Guest Post by Maxine Manafy
Maxine Manafy is an entrepreneur, start-up founder and business development leader. Over her career, Maxine has served in leadership roles in the areas of business development, sales and operations. Most recently she was VP of Business Development at Quixey, a startup focused on mobile search. She was also VP of Search Global Partnerships at Yahoo, where she was responsible for growing Yahoo’s worldwide distribution, search market share and acquiring content. Maxine was the founder and CEO of Bunndle, an ad network for apps, where she built and launched a platform aimed at helping developers acquire new users. Prior to Bunndle, Maxine has also held business development and operations roles at Mochi Media, Viximo and Xobni driving distribution, user acquisition and growing revenue for these startups. In her former life, she was a manufacturing engineer at Intel and KLA-Tencor. Maxine has an MBA from the Stanford Graduate School of Business and a bachelor’s degree in Industrial and Systems Engineering from San Jose State University.
Distribution is typically described as the path or route by which customers get access to your products. It describes the movement of goods into the marketplace. We are familiar with products that are commonly distributed including software (i.e., games, business software, mobile applications, etc.), digital content (movies, music, electronic books, photos, etc.), and tangible goods such as toothpaste or clothing found in retail stores. Distribution often includes multiple steps or intermediaries in order to get the product to the customer. For example, perhaps there is a manufacturer, wholesaler and retailer that participates in the full flow of getting light bulbs to customers. Sometimes, there are fewer participants and the product is distributed directly to the customer say through a website or retail store. Apple, Microsoft, and Starbucks are examples of companies that do this well.
If you are looking to partner with other companies to help provide a bigger market for sales, business development can help. When getting ready to do distribution partnerships for your product, here are 3 key things to think about before inking the deal.
1. Look for companies that have an existing relationship with your customers. You may have to get creative about who the right partners are, typically their goals and your goals are aligned in the value of what you are trying to provide to the customer. For example, if you are trying to get users to download your new mobile app focused on fitness and exercise, you might want to find a way to partner with popular gyms, online fitness sites or content sources like an e-magazine focused on health. Beyond the value that you are providing to the customer, make sure that your partners find value in the relationship as well. Otherwise, there is no incentive for them to work with you. That might be in the form of co-promotion, financial incentives, a positive brand association or a number of other reasons they might choose to work with you. By setting up the right partnership model including business and financial terms, you ensure your success and a long-term relationship.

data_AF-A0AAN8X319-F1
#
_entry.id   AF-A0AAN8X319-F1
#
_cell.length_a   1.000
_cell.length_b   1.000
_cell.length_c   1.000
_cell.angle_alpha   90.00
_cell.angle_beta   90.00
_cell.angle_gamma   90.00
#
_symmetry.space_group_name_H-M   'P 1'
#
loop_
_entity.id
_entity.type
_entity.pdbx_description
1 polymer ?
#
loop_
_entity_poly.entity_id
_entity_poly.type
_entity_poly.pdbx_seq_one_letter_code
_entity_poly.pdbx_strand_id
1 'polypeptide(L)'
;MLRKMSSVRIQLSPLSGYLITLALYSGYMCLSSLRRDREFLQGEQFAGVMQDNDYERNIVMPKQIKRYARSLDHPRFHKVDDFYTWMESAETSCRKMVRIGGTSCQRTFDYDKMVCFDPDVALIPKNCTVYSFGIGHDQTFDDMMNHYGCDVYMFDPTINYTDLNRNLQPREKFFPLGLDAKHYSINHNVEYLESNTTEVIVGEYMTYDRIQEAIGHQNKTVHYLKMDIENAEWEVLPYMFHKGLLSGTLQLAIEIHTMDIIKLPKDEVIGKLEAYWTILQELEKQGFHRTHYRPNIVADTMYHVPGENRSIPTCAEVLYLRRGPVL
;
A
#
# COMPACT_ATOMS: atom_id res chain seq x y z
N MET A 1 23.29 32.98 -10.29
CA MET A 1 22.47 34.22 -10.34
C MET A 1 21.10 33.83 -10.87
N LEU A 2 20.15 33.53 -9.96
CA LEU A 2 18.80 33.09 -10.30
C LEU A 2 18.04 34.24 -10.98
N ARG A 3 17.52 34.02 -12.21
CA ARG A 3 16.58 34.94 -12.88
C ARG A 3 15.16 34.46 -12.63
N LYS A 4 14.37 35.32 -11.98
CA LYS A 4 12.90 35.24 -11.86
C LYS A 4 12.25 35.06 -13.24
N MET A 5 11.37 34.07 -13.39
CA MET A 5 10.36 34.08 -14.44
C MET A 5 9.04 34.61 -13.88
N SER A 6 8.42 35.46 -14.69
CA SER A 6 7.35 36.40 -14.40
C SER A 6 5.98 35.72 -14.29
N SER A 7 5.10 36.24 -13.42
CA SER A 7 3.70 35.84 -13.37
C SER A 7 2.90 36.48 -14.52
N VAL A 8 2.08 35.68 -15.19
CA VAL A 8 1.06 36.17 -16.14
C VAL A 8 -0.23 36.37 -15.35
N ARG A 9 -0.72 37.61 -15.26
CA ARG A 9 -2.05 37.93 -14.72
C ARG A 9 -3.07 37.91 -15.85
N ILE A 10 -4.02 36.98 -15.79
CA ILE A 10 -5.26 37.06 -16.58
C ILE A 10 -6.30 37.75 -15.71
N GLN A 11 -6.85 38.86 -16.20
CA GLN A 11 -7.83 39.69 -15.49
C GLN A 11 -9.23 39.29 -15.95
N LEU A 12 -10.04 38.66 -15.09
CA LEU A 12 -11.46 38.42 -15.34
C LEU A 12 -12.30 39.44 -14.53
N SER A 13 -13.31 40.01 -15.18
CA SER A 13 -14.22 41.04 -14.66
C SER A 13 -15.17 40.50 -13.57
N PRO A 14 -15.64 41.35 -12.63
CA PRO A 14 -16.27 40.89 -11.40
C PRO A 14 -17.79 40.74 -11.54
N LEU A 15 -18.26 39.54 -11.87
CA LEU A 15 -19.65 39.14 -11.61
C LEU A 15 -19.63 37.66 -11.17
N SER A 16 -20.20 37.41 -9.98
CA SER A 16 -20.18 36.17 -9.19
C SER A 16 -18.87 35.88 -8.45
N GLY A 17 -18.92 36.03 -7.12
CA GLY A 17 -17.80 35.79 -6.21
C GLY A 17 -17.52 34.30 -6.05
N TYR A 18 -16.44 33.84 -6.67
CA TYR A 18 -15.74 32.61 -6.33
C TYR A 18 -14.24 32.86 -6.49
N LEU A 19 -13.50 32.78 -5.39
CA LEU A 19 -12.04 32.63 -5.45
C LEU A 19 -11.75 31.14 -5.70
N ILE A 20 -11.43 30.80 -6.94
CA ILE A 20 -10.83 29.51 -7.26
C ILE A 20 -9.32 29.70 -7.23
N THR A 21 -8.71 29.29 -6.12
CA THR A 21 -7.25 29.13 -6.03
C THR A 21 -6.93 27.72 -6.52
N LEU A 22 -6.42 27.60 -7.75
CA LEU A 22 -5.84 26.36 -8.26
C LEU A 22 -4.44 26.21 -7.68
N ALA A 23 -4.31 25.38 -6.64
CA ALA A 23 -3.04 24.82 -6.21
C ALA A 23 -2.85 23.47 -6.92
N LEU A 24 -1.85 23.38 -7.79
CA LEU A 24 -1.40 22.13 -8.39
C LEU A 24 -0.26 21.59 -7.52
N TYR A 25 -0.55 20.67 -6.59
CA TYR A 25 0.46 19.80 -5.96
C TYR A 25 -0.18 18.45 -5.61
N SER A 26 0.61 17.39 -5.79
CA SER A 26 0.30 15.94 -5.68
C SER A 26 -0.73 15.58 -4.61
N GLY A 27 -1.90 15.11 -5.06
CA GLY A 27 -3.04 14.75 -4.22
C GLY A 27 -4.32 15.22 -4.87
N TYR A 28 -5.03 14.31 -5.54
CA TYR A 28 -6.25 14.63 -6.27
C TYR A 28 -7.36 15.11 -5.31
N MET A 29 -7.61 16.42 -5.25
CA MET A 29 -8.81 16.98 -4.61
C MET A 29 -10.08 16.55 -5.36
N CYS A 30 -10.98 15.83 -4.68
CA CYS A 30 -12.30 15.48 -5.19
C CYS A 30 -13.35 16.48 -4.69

2. Make sure your product is ready to be distributed. All too frequently new companies want to go out and start signing up partnerships right away even though their product in its current form isn’t ready for distribution. This can easily tank your business. The product might be easily accessible from your site or your store, but if it can’t be shipped through a new channel without a lot of work involved, you are not ready to scale your business through distribution. You might need to consider building a new or unique version of the product specifically for the distribution channel. Or maybe putting a system in place to be able to handle the new capacity and volume needs to be set up in advance so that you don’t overwhelm your existing systems. Tracking and packaging are also important for both online and offline sales. If these things aren’t in place, it will be difficult to know if the channel is working well for you. It is important to do a full audit of your product and distribution systems to make sure that you are ready to go big with a new partner. Otherwise, all of your hard work in putting a deal together could go to waste.
3. Not all distribution channels are created equally. You will find that some drive a ton of new growth and others are duds. If you suspect there is a path to reach new customers that offers big growth for your business, try to test it, especially before getting into a long-term business arrangement. If there is no way to test it before working with a partner, perhaps you can structure a test agreement for a short period of time before making a long term commitment or gather data that can help you make an informed decision on whether or not to do the deal. If that’s not possible, be sure to minimize the costs and risks before getting into a long-term agreement. You will save yourself a headache and also build in the ability to do robust testing and optimization through the partnership.
Whatever the path, whether direct or through multiple channels, distribution can serve as a powerful way to reach users and drive new growth for your business.